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Title: On-Board Sensor Diagnostics for Catalytic Converters Final Report CRADA No. TC-0882-94

Abstract

The auto industry is one of the largest and most important sectors of the U;S. economy. At the time of the CRADA, the Big Three U.S. auto makers (Chrysler, Ford and GM) alone employed··608,000 workers·in this country and marketed some eight million new cars and trucks worth approximately $200 billion in sales revenues. When the impact of part suppliers, steel, aluminum, and electronics producers were included, the effect of a downturn in U.S. car manufacturing had a nationwide impact on jobs and the economy. For example, U.S. auto makers used 1/7 of all U.S. steel production and 1/6 of all U.S. aluminum production. Transplant Japanese factories cannot be expected to compensate for reductions by U.S. auto makers; in fact, transplants resulted in a net loss of U.S. jobs. In 1991, the Big Three U.S. auto makers sold 8.8 million new cars and trucks with over 620,000 employees while the Big Three Japanese firms (Toyota, Nissan, and Honda) sold 2.4 million new cars and trucks with only 37,000 U.S. employees. It was estimated that the Japanese­ owned, U.S.-located, auto assembly facilities enjoyed an $8-$9 an hour labor cost advantage over the U.S. Big Three by building new plants in rural areasmore » and hiring young workers with smaller health care and pension needs. Most of the parts in the 2.4 million cars and trucks sold by Japanese auto makers come directly from Japan and the engineering activities were mostly performed in Japan before U.S. assembly began. The effect of these issues was reflected in the U.S. Japan trade imbalance; about two-thirds of Japan's trade surplus was attributable to autos and auto parts.« less

Authors:
 [1];  [2];  [3];  [4]
  1. General Motors Corp., Warren, MI (United States)
  2. Lawrence Livermore National Lab. (LLNL), Livermore, CA (United States)
  3. Daimler Chrysler AG, Auburn Hills, MI (United States)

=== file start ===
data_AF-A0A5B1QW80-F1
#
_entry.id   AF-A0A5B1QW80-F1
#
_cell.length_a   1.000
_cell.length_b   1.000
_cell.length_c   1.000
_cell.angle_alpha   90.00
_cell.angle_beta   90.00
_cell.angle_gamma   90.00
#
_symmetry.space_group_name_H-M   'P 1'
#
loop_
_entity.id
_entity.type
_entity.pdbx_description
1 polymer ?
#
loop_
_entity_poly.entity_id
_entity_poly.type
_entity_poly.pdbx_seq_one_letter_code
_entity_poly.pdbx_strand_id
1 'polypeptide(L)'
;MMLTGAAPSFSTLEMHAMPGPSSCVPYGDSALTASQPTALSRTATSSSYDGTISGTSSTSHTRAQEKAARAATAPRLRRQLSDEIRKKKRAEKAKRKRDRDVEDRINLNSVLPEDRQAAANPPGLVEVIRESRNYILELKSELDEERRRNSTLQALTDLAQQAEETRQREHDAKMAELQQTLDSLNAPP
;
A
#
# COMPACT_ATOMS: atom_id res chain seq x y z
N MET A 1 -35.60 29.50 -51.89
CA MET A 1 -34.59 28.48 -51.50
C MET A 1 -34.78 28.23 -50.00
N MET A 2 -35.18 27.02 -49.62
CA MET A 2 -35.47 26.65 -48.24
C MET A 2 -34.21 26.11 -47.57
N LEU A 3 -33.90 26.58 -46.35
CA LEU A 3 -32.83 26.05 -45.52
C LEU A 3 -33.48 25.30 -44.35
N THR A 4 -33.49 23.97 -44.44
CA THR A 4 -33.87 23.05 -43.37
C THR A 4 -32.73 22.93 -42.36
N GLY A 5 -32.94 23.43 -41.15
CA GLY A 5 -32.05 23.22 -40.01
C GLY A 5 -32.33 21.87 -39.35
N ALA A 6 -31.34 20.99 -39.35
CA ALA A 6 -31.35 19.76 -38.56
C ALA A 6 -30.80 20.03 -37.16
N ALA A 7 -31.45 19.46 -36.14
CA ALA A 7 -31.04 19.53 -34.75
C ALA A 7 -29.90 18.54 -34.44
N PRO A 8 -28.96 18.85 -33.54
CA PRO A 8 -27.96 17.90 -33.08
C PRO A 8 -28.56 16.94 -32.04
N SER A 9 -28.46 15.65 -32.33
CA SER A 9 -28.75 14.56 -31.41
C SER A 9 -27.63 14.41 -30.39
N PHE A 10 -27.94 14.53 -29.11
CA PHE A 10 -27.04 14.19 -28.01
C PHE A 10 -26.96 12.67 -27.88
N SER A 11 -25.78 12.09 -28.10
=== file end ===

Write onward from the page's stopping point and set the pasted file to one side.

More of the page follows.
4. Ford Scientific Research Lab., Dearborn, MI (United States)
Publication Date:
Research Org.:
Lawrence Livermore National Lab. (LLNL), Livermore, CA (United States)
Sponsoring Org.:
USDOE
OSTI Identifier:
1424637
Report Number(s):
LLNL-TR-746148
DOE Contract Number:  
AC52-07NA27344
Resource Type:
Technical Report
Country of Publication:
United States
Language:
English
Subject:
47 OTHER INSTRUMENTATION

Citation Formats

Fisher, G., Glass, R., Lee, A., and Logothetis, T.. On-Board Sensor Diagnostics for Catalytic Converters Final Report CRADA No. TC-0882-94. United States: N. p., 2018. Web. doi:10.2172/1424637.
Fisher, G., Glass, R., Lee, A., & Logothetis, T.. On-Board Sensor Diagnostics for Catalytic Converters Final Report CRADA No. TC-0882-94. United States. doi:10.2172/1424637.
Fisher, G., Glass, R., Lee, A., and Logothetis, T.. Fri . "On-Board Sensor Diagnostics for Catalytic Converters Final Report CRADA No. TC-0882-94". United States. doi:10.2172/1424637. https://www.osti.gov/servlets/purl/1424637.
@article{osti_1424637,
title = {On-Board Sensor Diagnostics for Catalytic Converters Final Report CRADA No. TC-0882-94},
author = {Fisher, G. and Glass, R. and Lee, A. and Logothetis, T.},
abstractNote = {The auto industry is one of the largest and most important sectors of the U;S. economy. At the time of the CRADA, the Big Three U.S. auto makers (Chrysler, Ford and GM) alone employed··608,000 workers·in this country and marketed some eight million new cars and trucks worth approximately $200 billion in sales revenues. When the impact of part suppliers, steel, aluminum, and electronics producers were included, the effect of a downturn in U.S. car manufacturing had a nationwide impact on jobs and the economy. For example, U.S. auto makers used 1/7 of all U.S. steel production and 1/6 of all U.S. aluminum production. Transplant Japanese factories cannot be expected to compensate for reductions by U.S. auto makers; in fact, transplants resulted in a net loss of U.S. jobs. In 1991, the Big Three U.S. auto makers sold 8.8 million new cars and trucks with over 620,000 employees while the Big Three Japanese firms (Toyota, Nissan, and Honda) sold 2.4 million new cars and trucks with only 37,000 U.S. employees. It was estimated that the Japanese­ owned, U.S.-located, auto assembly facilities enjoyed an $8-$9 an hour labor cost advantage over the U.S. Big Three by building new plants in rural areas and hiring young workers with smaller health care and pension needs. Most of the parts in the 2.4 million cars and trucks sold by Japanese auto makers come directly from Japan and the engineering activities were mostly performed in Japan before U.S. assembly began. The effect of these issues was reflected in the U.S. Japan trade imbalance; about two-thirds of Japan's trade surplus was attributable to autos and auto parts.},
doi = {10.2172/1424637},
journal = {},
number = ,
volume = ,
place = {United States},
year = {Fri Feb 09 00:00:00 EST 2018},
month = {Fri Feb 09 00:00:00 EST 2018}
}

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